There is a fence up now. A very tall fence, not uncommon in Hollywood, reinforced with fabric like a blackout curtain, built atop a low ivy covered stone wall. The sidewalk lining the fence is dark and cold and one can feel security cameras and occasional human eyes watching your every move. Once you cross to the other side of Franklin Avenue the mood changes dramatically. You are now on the teeming downtown block of Franklin Village, where I have spent a good chunk of my adult life.
Countless times I have been sitting at Birds, or La Poubelle, or browsing at Native, or standing in the interminable lines at UCB, and looked up above the fence at the towering white Norman castle that dominates the skyline, so bright it dims light on the sunny side of the street. Countless times over glasses of champagne or Pabst, my friends and I have had hushed conversations about what goes on in that seven-story structure, which has been Scientology's Celebrity Centre and auditing headquarters since the church bought the building for one million dollars in 1973. I once even accepted an audition to act in one of the church's innumerable instructional films just so I could go inside. As I passed through the gates, I entered a beautiful garden where good-looking people sipped on espresso. I stepped into the lobby surrounded by soaring molded and gilded faux-French design, only to notice how faded and utilitarian everything felt -- like a great house taken over by soldiers during a war.
And there were soldiers of a sort there. Men and women in the militaristic uniforms of the Sea Org, two of whom took me into another small Louis XIV inspired room for the audition. For all the banality of the audition, which was much less odd than many I have been on, I was uneasy. As I was led out of the room, I saw a young girl in civilian clothes being led upstairs by a Sea Org member, a plastic to-go container in her hands. It was school time on a weekday and I wondered what she was doing there. I let that mystery carry me out of the gates and back to my home a few short blocks away, my imagination running wild.
What I didn't know then is that this building has been inspiring romanticized conjecture since its construction began in 1927. And the first time, at least, all the rumors proved to be 100% wrong.
You could say it all began on a boat, but the true story would be short-changed. Firstly, it was a 280-foot yacht called the Oneida, and secondly it began forty-two years earlier with the birth of Thomas Ince.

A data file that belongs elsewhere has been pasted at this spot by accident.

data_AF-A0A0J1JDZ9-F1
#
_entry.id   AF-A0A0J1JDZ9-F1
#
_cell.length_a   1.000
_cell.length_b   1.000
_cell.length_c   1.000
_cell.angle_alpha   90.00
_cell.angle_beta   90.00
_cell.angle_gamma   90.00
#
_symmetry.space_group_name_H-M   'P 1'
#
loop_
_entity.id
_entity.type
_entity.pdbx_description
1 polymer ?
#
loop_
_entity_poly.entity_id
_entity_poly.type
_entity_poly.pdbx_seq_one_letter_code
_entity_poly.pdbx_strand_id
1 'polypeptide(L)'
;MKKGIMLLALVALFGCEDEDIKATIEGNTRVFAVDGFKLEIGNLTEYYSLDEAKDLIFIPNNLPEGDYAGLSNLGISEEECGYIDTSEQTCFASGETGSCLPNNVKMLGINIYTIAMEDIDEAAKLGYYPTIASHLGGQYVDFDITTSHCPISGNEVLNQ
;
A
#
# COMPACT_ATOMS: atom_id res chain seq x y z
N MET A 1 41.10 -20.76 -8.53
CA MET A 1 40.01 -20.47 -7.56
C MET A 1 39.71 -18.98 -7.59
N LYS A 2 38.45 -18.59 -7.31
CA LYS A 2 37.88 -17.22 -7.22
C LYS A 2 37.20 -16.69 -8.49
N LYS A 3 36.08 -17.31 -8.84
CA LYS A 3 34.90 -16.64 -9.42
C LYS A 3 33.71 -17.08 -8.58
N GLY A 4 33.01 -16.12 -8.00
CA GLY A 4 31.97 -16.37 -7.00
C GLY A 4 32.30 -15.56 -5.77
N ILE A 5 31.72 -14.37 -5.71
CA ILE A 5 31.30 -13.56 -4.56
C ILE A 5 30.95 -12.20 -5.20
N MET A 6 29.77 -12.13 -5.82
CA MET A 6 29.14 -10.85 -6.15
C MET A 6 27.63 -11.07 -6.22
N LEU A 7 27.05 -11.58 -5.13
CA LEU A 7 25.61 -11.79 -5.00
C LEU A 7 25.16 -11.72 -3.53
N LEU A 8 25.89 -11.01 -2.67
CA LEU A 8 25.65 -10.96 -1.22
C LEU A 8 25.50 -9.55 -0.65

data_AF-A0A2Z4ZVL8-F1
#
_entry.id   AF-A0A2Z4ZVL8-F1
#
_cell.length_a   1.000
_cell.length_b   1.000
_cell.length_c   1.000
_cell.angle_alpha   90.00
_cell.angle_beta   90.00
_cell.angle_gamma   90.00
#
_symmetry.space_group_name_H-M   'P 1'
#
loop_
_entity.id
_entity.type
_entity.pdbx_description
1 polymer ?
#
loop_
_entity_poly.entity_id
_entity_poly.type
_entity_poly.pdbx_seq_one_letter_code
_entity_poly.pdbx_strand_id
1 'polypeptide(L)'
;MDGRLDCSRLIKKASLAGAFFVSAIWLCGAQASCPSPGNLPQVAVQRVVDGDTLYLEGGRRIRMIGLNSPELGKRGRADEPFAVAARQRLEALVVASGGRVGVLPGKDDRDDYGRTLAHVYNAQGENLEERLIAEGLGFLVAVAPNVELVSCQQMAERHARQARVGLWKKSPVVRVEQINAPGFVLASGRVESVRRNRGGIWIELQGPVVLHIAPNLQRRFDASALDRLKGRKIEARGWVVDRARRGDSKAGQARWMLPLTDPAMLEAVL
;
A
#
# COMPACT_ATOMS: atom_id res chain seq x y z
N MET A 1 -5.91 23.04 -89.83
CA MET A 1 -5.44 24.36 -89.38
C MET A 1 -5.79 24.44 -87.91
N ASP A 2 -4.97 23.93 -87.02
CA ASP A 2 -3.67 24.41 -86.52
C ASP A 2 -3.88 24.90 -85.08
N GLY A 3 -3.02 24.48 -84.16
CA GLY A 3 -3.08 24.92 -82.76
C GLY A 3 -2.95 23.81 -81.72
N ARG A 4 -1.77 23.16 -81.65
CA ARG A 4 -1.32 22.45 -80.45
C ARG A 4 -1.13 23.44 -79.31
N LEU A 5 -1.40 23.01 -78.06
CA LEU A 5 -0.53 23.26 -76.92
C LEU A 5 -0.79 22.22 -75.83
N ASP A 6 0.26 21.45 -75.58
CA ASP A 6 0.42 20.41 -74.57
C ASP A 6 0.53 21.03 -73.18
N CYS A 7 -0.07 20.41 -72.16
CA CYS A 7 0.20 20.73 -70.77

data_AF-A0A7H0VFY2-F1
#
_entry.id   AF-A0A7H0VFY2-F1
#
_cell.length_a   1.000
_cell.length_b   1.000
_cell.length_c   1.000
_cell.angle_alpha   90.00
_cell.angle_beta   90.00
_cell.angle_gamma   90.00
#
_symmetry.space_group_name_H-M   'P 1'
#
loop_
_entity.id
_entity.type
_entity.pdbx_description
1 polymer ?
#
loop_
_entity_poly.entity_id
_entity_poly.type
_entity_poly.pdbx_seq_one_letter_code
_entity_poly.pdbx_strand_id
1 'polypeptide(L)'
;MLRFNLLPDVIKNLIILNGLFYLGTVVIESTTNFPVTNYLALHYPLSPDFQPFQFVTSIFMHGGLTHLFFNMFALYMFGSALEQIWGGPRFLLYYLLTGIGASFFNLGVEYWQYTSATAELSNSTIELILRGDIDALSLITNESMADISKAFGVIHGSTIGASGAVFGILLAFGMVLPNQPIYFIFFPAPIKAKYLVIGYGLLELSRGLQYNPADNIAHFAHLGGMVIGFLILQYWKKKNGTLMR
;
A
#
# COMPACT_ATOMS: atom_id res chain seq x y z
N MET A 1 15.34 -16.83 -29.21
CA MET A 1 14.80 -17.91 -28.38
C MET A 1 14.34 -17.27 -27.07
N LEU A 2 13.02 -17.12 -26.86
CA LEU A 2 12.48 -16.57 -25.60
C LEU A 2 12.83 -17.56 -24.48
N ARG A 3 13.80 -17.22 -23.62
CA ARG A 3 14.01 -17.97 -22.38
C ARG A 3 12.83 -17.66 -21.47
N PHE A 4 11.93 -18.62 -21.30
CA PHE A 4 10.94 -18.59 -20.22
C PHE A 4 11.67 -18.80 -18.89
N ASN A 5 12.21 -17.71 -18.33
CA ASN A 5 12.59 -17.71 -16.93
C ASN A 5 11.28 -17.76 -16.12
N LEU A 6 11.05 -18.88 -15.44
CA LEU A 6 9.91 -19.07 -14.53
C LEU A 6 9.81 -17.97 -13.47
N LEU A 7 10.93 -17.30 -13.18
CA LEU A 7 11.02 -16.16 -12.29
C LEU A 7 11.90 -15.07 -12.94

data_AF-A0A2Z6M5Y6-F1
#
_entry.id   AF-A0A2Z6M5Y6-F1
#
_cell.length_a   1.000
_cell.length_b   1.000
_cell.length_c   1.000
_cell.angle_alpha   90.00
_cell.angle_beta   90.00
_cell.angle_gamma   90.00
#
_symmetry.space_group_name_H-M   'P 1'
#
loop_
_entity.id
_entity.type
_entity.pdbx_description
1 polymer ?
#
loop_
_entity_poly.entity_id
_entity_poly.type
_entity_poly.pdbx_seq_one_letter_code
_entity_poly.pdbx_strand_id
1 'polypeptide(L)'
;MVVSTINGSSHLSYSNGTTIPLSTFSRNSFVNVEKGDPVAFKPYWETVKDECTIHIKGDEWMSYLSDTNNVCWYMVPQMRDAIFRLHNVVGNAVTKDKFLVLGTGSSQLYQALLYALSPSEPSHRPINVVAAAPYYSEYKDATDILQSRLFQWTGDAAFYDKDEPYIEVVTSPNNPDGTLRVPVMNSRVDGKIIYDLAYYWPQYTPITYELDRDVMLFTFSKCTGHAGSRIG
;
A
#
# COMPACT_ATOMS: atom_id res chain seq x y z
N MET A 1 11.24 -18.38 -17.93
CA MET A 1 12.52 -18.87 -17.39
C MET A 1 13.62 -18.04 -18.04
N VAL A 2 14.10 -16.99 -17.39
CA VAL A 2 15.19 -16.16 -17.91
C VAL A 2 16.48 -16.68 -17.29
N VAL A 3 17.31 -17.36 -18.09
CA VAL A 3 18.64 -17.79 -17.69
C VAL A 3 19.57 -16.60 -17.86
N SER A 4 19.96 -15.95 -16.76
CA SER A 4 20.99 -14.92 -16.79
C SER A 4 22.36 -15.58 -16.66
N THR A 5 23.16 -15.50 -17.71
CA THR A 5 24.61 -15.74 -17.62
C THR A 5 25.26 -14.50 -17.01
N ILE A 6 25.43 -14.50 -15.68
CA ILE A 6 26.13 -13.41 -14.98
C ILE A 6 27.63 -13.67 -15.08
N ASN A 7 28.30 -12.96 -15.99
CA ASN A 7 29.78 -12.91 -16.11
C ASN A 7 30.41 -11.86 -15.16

Thomas K. Ince was a flashy and charming self-made man who helped make Hollywood. Born on November 16, 1882 in Rhode Island, he climbed his way from part-time actor to director of some of the first Westerns and Civil War pictures. His wife, St. Louis native Elinor "Nell" Kershaw, was an actress whom he had met on the Broadway stage. Nell often helped write and edit his early films, and in 1911 they moved to California. Ince quickly set about revolutionizing the movie industry. He is credited with developing the first detailed shooting script and for creating the first modern studio -- the 460-acre ranch in the Pacific Palisades known as Inceville. At Inceville, he developed the studio unit system, with producers controlling different shingles, and later founded the studios that went on to become MGM and Paramount.
But the memories of all these accomplishments were to be subsumed in the legend of a greater man.
That man was William Randolph Hearst -- newspaper tycoon, art collector, war-maker, and slavish lover of longtime mistress Marion Davies. Few understood the large old man with the icy blue eyes' hold over the kind, bubbly actress, and rumors of infidelities abounded. Whatever her flirtations, Marion really loved old "W.R.," and he did everything to keep the highly social blond happy.
On November 16, 1924, a mirthful group of friends partied with the couple on Hearst's boat, Oneida, moored in San Diego. The party included Charlie Chaplin, Hearst gossip columnist Louella Parsons, and Dr. Daniel Goodman. They were waiting for the guest of honor, birthday boy Thomas Ince, who was late due to negotiations with Hearst's film company. After Ince arrived they celebrated dinner, replete with plenty of illegal liquor. Later that evening Ince suffered acute indigestion, often the sign of a heart attack. His condition worsened, and Dr. Goodman sent him on the first train back to L.A. Ince felt so ill that he got off at Del Mar, where Nell rushed to join him. Forty eight hours later he was dead of heart failure.